Liz Staley takes pride in helping the clients of Staley Law Firm through difficult times. Find out what she has to say about her career as a paralegal:
1. How long have you been a paralegal at Staley Law Firm?
8 years, though I’ve been a paralegal before that for various law firms. All combined, I’ve been a paralegal for about 14 years in multiple practice areas.
2. What do paralegals do?
Anything and everything it takes to keep the office running smoothly. I meet and greet clients, both on the phone and in person, update client files with information received through the mail, faxes, and phone calls, assist clients in many different ways, collect and coordinate medical information, write demands, order supplies, make deposits and pay bills.
3. What are the skills and traits of a successful paralegal?
I’d say the most important quality for a paralegal in our area of practice is to be personable and understanding of our clients’ struggles and difficulties. Most of our clients are suffering both physically and financially and it’s important to empathize with them, even if they are difficult at times. Beyond that, a paralegal must be flexible – always prepared to adjust. Paralegals must be very good at multi-tasking to be successful, because law firms are often chaotic places to work.
4. What type of paralegal are you?
In a smaller law practice like Staley Law Firm, everyone has to step up and be willing and prepared every day to do whatever is necessary for our clients’ cases. So, I’m a do-everything type of paralegal. When I come in each day, I earnestly try to be the best paralegal I can be and do whatever is necessary for our client’s success. Everyone at Staley Law Firm gives 100%, and that what makes our firm a successful one.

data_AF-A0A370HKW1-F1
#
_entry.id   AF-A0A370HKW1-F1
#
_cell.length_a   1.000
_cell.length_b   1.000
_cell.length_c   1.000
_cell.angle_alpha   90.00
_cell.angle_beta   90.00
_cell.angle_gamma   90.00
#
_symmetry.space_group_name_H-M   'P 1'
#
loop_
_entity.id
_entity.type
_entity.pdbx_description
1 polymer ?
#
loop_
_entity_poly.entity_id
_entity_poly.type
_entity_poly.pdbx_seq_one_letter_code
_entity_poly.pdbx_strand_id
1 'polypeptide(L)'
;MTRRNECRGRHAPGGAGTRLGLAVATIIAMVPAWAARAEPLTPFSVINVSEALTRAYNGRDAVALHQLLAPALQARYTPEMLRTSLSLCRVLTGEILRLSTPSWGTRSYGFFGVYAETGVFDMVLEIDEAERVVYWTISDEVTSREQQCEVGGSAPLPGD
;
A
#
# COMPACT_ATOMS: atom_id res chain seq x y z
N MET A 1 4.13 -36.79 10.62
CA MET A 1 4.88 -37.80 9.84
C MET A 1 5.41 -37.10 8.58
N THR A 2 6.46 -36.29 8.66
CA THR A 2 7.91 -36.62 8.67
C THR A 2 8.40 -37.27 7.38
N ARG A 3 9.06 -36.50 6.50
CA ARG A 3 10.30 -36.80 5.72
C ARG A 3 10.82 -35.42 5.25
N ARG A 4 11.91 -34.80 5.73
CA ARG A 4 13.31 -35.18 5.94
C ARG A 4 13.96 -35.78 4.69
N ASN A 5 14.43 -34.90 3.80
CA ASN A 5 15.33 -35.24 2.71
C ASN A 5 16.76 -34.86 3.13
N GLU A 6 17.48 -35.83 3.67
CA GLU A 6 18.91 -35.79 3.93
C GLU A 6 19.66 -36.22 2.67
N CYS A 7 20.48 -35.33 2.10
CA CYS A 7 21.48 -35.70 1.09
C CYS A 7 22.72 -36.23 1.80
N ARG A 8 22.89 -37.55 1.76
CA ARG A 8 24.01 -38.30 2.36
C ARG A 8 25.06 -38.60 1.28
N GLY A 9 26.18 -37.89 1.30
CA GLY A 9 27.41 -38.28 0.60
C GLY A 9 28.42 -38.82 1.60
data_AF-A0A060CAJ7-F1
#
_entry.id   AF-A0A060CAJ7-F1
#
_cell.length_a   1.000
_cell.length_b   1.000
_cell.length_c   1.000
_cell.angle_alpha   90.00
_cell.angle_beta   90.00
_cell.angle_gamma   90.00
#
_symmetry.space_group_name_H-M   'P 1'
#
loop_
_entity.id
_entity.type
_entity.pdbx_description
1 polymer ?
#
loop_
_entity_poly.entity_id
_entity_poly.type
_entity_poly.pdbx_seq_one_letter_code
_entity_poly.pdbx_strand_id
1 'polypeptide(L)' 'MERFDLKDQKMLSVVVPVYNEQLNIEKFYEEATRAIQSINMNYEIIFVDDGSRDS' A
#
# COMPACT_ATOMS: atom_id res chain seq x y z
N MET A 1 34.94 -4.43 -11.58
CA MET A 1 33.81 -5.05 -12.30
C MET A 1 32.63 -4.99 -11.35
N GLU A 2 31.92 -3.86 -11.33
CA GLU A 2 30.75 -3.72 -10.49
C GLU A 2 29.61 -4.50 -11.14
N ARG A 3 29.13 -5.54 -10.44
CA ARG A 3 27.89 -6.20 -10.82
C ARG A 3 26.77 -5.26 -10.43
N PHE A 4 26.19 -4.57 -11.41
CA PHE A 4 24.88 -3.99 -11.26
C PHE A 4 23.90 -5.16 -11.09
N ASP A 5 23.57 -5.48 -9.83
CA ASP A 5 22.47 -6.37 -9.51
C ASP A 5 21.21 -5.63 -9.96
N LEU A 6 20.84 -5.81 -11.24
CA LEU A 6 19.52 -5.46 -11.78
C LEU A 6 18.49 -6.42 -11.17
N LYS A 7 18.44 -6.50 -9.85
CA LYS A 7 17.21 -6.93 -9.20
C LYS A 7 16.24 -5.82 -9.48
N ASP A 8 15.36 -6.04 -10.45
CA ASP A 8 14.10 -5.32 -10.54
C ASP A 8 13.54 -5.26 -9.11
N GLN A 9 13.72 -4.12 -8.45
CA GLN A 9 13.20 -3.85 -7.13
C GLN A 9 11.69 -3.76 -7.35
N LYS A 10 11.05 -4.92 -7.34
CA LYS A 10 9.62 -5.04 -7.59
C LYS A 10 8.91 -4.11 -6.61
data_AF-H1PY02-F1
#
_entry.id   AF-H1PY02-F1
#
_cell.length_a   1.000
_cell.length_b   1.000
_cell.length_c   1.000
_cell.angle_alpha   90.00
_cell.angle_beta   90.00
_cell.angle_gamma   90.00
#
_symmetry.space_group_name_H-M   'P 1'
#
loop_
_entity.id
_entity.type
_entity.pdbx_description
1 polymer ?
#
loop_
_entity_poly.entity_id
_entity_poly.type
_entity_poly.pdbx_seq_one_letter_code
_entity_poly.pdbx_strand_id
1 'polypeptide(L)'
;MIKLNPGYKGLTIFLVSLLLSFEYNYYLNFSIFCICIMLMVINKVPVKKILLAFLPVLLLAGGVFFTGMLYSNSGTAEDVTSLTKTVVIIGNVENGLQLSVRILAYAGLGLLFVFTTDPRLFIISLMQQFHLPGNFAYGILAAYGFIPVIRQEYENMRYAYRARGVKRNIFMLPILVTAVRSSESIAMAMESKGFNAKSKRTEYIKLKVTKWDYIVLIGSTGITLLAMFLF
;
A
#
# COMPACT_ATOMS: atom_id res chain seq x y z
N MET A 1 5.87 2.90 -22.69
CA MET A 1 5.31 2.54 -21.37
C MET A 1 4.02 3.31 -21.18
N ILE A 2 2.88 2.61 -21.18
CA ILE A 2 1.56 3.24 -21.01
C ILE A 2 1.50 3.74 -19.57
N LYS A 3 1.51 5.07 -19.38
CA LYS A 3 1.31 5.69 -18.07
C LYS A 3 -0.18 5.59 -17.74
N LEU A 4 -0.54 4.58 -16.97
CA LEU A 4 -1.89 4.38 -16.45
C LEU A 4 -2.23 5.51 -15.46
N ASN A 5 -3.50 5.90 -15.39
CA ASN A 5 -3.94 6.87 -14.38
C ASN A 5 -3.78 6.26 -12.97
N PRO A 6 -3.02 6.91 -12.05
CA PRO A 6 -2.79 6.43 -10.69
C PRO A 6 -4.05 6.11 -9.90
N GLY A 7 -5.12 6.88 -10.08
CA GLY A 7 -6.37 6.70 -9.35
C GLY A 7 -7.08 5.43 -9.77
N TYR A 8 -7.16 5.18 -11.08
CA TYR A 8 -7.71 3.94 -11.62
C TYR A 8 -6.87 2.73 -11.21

5. How many attorneys do you work with at Staley Law Firm?
Right now, our firm has two full-time attorneys. I assist both of them in handling the caseload.
6. What kind of education best prepares a paralegal to be successful?
Many paralegals seek formal training through a paralegal program. Those contain courses specifically designed to train a paralegal with the basic skills necessary for any type of legal practice. Apart from that, a general business degree is helpful because it covers a wide range of topics and skills necessary to be a good paralegal. Once the basic skills are taught, though, the real education comes through experience. I don’t believe there’s any substitute for on-the-job experience when it comes to being a seasoned, well-trained paralegal.
7. What is the best aspect of your job?
The best part of my job, truly, is helping people who are experiencing difficult times through no fault of their own. When I meet our clients, I’m aware I’m seeing them at one of the lowest points of their lives due to circumstances outside of their control. To help them and see those circumstances remedied over time is one of the greatest joys of my work.
8. What are some challenges in the job?
I think this goes for most paralegals, but for me the most difficult aspect of paralegal work is having to juggle lots of things at one time.
9. What advice do you have for an individual thinking about pursuing a career as a paralegal?
My advice for anyone seeking to become a paralegal is to be willing to be flexible on a day-to-day basis with what will come across your desk and into your office.
10. What motivated you to pursue this career?
Though I had worked in law firms before my marriage, my true motivation to being a life-long paralegal came about because I married a lawyer!